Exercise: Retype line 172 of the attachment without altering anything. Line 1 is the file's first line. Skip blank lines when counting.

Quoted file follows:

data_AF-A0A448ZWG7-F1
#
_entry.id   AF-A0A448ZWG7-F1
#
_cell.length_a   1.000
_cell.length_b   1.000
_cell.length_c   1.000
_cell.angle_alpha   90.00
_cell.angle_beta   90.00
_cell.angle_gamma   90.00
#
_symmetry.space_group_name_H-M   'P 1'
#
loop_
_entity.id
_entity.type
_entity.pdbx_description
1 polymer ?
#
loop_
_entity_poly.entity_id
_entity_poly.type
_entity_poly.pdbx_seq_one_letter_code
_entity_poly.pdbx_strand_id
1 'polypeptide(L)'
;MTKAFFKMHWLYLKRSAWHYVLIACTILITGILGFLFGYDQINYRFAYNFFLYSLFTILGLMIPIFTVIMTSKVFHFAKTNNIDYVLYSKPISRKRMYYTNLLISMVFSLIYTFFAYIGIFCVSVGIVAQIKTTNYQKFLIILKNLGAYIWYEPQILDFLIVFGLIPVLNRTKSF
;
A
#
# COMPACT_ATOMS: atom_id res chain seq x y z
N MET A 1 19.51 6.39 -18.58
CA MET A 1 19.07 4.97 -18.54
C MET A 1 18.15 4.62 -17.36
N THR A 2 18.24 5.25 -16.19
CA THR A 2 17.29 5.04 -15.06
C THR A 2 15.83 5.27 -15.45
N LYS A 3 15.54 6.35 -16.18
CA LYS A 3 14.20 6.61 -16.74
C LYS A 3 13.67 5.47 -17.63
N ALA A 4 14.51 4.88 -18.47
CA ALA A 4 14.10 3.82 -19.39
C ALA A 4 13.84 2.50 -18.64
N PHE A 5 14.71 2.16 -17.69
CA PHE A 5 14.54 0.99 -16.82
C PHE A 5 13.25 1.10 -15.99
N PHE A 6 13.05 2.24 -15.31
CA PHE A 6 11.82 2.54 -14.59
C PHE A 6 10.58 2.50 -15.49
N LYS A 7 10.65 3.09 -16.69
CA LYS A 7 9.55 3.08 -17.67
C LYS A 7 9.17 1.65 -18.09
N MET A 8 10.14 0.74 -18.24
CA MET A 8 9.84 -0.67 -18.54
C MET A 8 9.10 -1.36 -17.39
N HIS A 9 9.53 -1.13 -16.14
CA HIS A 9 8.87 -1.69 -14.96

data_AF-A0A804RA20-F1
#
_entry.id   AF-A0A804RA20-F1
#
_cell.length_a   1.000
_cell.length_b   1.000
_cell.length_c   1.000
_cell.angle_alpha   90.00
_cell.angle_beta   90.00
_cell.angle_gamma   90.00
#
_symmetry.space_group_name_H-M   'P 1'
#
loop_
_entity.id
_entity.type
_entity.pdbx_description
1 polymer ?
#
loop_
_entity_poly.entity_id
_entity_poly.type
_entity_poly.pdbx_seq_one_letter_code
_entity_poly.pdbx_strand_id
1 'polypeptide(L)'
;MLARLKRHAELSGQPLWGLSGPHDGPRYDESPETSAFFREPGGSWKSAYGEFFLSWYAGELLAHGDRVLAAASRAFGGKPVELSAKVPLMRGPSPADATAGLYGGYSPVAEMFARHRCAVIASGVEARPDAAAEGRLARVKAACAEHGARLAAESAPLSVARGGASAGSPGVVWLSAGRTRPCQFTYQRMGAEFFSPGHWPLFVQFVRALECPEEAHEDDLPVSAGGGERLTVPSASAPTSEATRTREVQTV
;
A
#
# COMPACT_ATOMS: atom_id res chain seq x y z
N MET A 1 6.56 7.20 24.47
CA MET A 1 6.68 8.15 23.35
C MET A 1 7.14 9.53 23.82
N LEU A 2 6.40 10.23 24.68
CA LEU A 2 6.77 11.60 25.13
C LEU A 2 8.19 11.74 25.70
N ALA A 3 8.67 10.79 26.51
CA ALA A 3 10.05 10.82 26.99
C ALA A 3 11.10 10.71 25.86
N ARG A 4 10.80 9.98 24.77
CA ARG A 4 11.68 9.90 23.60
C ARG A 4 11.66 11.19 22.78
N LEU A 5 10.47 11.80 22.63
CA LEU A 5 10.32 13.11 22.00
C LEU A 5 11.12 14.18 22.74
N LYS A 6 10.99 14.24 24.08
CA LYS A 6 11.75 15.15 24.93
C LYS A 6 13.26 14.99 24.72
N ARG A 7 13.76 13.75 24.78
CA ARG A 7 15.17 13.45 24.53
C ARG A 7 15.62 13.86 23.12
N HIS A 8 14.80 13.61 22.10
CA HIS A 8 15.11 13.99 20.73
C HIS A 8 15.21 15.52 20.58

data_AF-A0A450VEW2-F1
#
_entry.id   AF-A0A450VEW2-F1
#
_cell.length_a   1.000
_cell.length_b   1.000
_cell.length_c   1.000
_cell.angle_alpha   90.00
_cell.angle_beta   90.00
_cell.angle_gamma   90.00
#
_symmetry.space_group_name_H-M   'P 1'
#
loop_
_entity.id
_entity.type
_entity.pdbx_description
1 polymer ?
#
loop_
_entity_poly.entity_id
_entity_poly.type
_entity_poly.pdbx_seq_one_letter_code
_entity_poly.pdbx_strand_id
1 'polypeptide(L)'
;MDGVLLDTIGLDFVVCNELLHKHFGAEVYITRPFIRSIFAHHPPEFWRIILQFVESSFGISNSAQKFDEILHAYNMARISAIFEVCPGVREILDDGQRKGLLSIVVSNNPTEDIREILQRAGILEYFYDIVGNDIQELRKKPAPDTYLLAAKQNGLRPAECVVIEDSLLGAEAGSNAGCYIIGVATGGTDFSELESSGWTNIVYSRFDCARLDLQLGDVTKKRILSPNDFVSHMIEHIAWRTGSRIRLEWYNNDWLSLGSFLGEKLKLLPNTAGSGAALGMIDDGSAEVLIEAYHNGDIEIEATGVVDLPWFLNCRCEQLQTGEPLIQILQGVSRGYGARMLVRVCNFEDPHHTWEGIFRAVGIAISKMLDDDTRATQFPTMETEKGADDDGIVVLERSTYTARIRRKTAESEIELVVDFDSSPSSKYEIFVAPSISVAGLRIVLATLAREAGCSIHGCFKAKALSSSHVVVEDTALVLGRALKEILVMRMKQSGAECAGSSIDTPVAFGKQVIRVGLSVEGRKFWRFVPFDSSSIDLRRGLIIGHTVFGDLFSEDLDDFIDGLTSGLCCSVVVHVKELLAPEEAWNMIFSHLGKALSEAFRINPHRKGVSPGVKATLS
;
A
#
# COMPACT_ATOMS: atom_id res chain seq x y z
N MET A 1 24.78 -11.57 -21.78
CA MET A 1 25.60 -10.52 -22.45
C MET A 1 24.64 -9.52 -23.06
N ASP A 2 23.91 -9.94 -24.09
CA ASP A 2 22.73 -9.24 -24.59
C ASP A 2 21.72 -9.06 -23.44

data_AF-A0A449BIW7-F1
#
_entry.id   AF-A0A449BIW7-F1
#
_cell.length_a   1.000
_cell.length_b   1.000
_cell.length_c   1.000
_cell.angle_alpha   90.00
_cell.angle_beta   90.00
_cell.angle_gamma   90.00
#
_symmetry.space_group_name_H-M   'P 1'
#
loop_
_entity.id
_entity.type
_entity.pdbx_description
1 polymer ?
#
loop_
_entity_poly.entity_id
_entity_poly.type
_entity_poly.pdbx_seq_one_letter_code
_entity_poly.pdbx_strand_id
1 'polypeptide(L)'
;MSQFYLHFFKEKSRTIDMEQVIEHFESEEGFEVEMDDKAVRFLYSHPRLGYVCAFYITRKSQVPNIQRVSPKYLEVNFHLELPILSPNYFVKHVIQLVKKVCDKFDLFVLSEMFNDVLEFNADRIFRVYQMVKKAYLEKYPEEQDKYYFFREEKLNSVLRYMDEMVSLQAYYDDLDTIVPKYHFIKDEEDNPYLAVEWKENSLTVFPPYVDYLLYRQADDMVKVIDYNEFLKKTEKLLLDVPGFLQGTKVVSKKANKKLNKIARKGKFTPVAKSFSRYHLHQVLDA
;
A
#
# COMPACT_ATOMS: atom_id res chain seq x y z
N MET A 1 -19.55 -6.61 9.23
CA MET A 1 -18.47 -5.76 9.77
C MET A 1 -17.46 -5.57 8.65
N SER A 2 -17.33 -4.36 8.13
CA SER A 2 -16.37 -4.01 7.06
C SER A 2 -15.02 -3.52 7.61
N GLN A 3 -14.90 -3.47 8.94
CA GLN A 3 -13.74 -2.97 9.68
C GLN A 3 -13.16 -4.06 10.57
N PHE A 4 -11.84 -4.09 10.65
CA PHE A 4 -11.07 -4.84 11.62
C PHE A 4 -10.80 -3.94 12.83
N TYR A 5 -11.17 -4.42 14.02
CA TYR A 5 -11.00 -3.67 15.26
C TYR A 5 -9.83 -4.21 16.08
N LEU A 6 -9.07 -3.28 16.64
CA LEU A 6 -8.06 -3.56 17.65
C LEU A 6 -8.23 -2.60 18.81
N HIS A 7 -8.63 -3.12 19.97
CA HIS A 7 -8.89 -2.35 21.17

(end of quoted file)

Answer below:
;MSQFYLHFFKEKSRTIDMEQVIEHFESEEGFEVEMDDKAVRFLYSHPRLGYVCAFYITRKSQVPNIQRVSPKYLEVNFHLELPILSPNYFVKHVIQLVKKVCDKFDLFVLSEMFNDVLEFNADRIFRVYQMVKKAYLEKYPEEQDKYYFFREEKLNSVLRYMDEMVSLQAYYDDLDTIVPKYHFIKDEEDNPYLAVEWKENSLTVFPPYVDYLLYRQADDMVKVIDYNEFLKKTEKLLLDVPGFLQGTKVVSKKANKKLNKIARKGKFTPVAKSFSRYHLHQVLDA